A useful exercise is to pull ten books off your shelf that you love and see if you can find that sentence on the jacket—or come up with it yourself.
Equation is another way of talking about the book’s premise, what it demonstrates about how life works or what it means to be human. If A, then B.
The equation that underlies the story in Queen of the Owls is: Embracing the parts of yourself you’ve neglected or denied leads to a sense of wholeness. If you do A (embrace the neglected parts of yourself), then B (wholeness) will result.
The story premise doesn’t have to be “true;” it just has to be true for the story. It might seem, at moments, as if the opposite relationship is about to be demonstrated—those setbacks, reversals, and “dark nights” that add to the tension—but at the end of the book, the premise has been validated.
For that reason, premises can vary. The “A” part of the equation might be paired with a different “B” in different stories. For one book, the premise might be: If you hold fast to your dream, it will eventually come true. For another: If you hold fast to your dream, you’ll miss the real gift that is right in front of you.
Once you’ve formulated your story’s aboutness, you can map it onto the framework of a plot. For example, if your story is about belonging—finding connection and community—then the plot will tell what happens when someone who lacks connection, who doesn’t feel as if she belongs, goes through a series of experiences, tasks, and moments of choice that bring her, in the end, to a new sense of community.
Here’s a fictitious example of that kind of framework. It’s pretty formulaic, but that makes it easy to identify all the elements. Your book might be more nuanced, but you should still be able to articulate each of these elements.
This is a story about what happens when …
A person who
A concise statement about the way the protagonist is at the beginning of the story, the way she is wounded or incomplete, trapped or stuck, unsure or (mistakenly) content.
For example: A woman who has settled into a solitary, risk-free life …
Does something, meets/encounters
What is the specific act or event that tips the character into the story, launches her out of life-as-it-is into the unknown?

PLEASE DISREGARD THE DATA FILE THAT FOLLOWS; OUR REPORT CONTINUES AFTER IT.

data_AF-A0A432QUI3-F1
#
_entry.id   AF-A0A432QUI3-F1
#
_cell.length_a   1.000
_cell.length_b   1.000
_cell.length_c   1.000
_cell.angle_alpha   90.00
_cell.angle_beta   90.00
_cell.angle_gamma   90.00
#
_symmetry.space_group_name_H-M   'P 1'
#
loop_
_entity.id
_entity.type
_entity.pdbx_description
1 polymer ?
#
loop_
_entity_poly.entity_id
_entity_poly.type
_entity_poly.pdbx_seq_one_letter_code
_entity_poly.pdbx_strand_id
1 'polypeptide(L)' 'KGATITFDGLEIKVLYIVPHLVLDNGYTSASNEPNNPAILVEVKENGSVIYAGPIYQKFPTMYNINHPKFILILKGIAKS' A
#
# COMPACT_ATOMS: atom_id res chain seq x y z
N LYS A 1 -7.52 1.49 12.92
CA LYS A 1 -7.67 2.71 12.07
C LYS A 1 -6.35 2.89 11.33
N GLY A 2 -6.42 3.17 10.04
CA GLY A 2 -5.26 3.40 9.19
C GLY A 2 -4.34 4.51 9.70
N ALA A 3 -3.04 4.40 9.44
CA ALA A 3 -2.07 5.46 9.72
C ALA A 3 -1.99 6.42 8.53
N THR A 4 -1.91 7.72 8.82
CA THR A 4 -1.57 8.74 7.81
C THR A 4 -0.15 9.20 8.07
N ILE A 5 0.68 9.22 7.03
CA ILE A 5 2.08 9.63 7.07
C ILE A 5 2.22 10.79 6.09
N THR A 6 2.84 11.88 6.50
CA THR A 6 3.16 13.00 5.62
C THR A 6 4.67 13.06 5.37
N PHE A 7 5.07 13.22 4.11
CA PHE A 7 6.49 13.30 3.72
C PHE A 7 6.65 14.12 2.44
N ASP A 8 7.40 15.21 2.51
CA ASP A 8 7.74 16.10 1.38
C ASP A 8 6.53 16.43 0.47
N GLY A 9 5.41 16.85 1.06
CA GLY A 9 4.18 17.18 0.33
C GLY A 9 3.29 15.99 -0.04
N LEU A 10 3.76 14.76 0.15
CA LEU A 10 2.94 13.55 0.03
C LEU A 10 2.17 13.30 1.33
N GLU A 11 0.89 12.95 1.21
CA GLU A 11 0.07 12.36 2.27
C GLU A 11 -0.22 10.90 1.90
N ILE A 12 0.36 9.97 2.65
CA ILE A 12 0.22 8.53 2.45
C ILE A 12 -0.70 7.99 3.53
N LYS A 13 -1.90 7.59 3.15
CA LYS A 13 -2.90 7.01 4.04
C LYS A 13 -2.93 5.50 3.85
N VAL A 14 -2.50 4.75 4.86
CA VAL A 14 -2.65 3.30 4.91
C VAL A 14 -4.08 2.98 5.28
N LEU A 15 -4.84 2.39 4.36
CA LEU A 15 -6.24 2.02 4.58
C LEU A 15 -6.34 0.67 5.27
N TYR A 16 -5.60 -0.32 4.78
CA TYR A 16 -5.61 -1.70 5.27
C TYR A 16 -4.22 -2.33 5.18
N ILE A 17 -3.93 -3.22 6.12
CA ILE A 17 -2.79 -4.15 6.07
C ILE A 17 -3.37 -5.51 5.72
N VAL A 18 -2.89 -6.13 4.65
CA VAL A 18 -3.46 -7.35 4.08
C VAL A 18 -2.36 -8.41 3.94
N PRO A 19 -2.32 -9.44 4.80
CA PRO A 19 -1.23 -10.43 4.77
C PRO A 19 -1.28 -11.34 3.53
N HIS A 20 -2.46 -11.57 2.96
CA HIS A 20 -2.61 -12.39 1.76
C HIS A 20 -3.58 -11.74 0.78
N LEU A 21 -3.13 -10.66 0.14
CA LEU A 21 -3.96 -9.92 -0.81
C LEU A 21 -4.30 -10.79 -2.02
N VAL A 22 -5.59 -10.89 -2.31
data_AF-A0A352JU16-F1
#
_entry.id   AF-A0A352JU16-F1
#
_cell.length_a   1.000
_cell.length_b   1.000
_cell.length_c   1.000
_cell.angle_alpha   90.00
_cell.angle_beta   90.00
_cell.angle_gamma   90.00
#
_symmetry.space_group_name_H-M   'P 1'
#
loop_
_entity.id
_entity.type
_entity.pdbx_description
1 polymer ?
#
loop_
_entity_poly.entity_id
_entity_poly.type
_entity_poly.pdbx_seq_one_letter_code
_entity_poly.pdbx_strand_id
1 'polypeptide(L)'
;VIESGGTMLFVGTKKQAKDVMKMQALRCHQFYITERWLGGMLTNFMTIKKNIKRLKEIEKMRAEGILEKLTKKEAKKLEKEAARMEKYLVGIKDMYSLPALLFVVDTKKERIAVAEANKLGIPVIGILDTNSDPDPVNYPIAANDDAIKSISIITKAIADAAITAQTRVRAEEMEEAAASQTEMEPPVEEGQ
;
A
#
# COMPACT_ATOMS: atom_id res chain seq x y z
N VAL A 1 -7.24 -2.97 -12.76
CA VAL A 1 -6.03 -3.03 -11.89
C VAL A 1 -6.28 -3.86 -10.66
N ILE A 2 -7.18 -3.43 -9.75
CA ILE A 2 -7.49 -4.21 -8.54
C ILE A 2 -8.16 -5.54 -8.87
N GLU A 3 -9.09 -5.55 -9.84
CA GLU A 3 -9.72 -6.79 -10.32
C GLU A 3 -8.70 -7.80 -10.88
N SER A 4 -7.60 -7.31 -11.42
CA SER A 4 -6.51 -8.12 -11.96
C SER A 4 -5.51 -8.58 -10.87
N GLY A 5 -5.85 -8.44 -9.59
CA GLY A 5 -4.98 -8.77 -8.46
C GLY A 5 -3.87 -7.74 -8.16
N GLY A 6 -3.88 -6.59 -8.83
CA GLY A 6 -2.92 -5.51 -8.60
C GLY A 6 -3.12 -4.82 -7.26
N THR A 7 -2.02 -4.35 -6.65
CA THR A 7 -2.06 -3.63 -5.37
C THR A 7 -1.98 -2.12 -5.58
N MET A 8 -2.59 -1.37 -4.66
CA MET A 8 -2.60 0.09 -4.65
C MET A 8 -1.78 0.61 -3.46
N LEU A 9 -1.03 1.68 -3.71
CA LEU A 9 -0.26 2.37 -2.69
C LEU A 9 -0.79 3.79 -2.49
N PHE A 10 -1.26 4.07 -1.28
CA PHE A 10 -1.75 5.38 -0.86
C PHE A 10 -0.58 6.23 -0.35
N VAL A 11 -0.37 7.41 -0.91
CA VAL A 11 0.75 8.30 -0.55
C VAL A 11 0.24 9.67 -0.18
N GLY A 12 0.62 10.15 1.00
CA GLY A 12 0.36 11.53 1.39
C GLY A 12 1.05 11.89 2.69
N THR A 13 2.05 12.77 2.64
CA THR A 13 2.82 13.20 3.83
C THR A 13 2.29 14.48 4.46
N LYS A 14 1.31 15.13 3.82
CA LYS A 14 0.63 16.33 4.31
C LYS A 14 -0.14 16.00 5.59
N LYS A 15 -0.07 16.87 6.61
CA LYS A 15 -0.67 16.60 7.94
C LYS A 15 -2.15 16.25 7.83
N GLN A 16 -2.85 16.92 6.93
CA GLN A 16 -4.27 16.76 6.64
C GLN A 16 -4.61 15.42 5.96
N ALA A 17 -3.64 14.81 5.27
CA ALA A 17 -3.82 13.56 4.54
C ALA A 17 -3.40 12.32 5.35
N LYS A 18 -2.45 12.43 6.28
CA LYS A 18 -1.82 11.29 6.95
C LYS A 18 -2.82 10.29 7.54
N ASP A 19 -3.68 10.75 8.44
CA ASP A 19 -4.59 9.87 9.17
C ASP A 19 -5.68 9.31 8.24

For example: takes a job in a small town on a remote lake …
That begins to change her
What new condition is presented to her that sets the stage for the Big Moment? Embedded in this new condition is a conflict, or potential conflict.
For example: where she finds herself drawn into the lives of people who are different from anyone she’s ever known.
As a result, she must now
What must she choose, do, face, embrace, repair, overcome? What task will she have to carry out, what challenge will she have to meet, that will change her forever? What will it cost her (the stakes)?
For example: When an unexpected tragedy strikes the town, she must choose between her own familiar routines and the lives of those who are counting on her.
What is the new understanding—about self, others, the world—that this climactic event brings? How does she change, as a result?
For example: Through daring to reach out, she finds a sense of connection and belonging that she didn’t know she was missing.
In short: A story is a journey, which means it has an arc. The protagonist starts out one way, goes through certain experiences that require her to make choices which have consequences, and is different at the end of the story. The way in which she is different is directly related to the story’s theme. If she starts out bitter and the theme is forgiveness, then she is more open and accepting at the end of the book than she was at the beginning. That’s what makes a book hang together and feel coherent—it’s how we, as readers, know what it’s about.
What about the story that you’re working on? What’s one word, one phrase, one sentence, that tells what it’s about? What is the A to B premise that it demonstrates? Were any of the five points in the last exercise difficult to identify? Did you have an Aha! moment while you did one of these exercises?